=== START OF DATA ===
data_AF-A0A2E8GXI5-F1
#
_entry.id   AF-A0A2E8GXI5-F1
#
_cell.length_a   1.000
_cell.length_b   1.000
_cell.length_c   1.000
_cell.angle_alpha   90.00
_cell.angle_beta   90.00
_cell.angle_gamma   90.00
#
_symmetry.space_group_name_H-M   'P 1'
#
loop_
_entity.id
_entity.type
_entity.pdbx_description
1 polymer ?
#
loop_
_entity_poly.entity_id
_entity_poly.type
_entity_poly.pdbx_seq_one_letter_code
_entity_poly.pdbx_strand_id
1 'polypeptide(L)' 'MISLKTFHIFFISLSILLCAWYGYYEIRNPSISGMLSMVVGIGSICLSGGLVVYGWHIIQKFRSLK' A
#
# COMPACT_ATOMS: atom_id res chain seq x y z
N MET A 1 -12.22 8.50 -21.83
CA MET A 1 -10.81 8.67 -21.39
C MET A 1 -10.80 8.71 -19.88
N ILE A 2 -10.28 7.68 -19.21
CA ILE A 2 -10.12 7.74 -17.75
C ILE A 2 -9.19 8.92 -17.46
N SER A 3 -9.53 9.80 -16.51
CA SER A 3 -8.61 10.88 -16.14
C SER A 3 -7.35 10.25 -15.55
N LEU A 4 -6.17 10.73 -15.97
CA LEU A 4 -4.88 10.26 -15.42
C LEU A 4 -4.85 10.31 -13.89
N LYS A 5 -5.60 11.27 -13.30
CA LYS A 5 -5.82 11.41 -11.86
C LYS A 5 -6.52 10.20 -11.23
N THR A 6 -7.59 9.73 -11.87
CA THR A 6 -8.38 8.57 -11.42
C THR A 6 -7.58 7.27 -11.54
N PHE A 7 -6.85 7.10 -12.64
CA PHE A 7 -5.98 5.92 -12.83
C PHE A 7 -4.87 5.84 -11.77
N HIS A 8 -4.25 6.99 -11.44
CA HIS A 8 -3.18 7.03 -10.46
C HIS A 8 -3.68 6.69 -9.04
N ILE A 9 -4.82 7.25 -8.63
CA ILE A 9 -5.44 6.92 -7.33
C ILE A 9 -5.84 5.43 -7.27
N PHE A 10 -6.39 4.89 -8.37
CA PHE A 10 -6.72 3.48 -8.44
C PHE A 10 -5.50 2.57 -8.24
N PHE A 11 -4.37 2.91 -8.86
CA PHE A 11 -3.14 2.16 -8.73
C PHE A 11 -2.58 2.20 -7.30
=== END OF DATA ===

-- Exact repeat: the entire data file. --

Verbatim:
data_AF-A0A2E8GXI5-F1
#
_entry.id   AF-A0A2E8GXI5-F1
#
_cell.length_a   1.000
_cell.length_b   1.000
_cell.length_c   1.000
_cell.angle_alpha   90.00
_cell.angle_beta   90.00
_cell.angle_gamma   90.00
#
_symmetry.space_group_name_H-M   'P 1'
#
loop_
_entity.id
_entity.type
_entity.pdbx_description
1 polymer ?
#
loop_
_entity_poly.entity_id
_entity_poly.type
_entity_poly.pdbx_seq_one_letter_code
_entity_poly.pdbx_strand_id
1 'polypeptide(L)' 'MISLKTFHIFFISLSILLCAWYGYYEIRNPSISGMLSMVVGIGSICLSGGLVVYGWHIIQKFRSLK' A
#
# COMPACT_ATOMS: atom_id res chain seq x y z
N MET A 1 -12.22 8.50 -21.83
CA MET A 1 -10.81 8.67 -21.39
C MET A 1 -10.80 8.71 -19.88
N ILE A 2 -10.28 7.68 -19.21
CA ILE A 2 -10.12 7.74 -17.75
C ILE A 2 -9.19 8.92 -17.46
N SER A 3 -9.53 9.80 -16.51
CA SER A 3 -8.61 10.88 -16.14
C SER A 3 -7.35 10.25 -15.55
N LEU A 4 -6.17 10.73 -15.97
CA LEU A 4 -4.88 10.26 -15.42
C LEU A 4 -4.85 10.31 -13.89
N LYS A 5 -5.60 11.27 -13.30
CA LYS A 5 -5.82 11.41 -11.86
C LYS A 5 -6.52 10.20 -11.23
N THR A 6 -7.59 9.73 -11.87
CA THR A 6 -8.38 8.57 -11.42
C THR A 6 -7.58 7.27 -11.54
N PHE A 7 -6.85 7.10 -12.64
CA PHE A 7 -5.98 5.92 -12.83
C PHE A 7 -4.87 5.84 -11.77
N HIS A 8 -4.25 6.99 -11.44
CA HIS A 8 -3.18 7.03 -10.46
C HIS A 8 -3.68 6.69 -9.04
N ILE A 9 -4.82 7.25 -8.63
CA ILE A 9 -5.44 6.92 -7.33
C ILE A 9 -5.84 5.43 -7.27
N PHE A 10 -6.39 4.89 -8.37
CA PHE A 10 -6.72 3.48 -8.44
C PHE A 10 -5.50 2.57 -8.24
N PHE A 11 -4.37 2.91 -8.86
CA PHE A 11 -3.14 2.16 -8.73
C PHE A 11 -2.58 2.20 -7.30